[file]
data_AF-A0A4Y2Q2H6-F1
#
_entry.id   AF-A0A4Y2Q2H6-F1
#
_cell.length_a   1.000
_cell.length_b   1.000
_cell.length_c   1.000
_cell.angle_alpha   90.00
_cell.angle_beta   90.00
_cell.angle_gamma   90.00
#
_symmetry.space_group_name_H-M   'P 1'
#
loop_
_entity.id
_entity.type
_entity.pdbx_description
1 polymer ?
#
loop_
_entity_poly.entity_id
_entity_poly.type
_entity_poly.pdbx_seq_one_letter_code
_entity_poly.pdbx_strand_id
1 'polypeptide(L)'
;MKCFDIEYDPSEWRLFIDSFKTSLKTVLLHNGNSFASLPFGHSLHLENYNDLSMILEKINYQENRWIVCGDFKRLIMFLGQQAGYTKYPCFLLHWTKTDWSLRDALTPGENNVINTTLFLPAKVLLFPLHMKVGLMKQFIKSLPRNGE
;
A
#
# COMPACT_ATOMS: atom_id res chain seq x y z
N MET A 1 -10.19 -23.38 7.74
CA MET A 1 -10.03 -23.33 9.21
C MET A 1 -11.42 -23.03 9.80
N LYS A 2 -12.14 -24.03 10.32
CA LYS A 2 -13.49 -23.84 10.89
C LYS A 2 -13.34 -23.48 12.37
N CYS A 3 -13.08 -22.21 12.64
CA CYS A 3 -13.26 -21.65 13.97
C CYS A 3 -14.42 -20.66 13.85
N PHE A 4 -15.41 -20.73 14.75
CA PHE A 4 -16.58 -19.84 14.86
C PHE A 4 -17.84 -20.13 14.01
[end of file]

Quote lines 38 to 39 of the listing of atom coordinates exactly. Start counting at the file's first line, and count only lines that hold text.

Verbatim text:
CA CYS A 3 -13.26 -21.65 13.97
C CYS A 3 -14.42 -20.66 13.85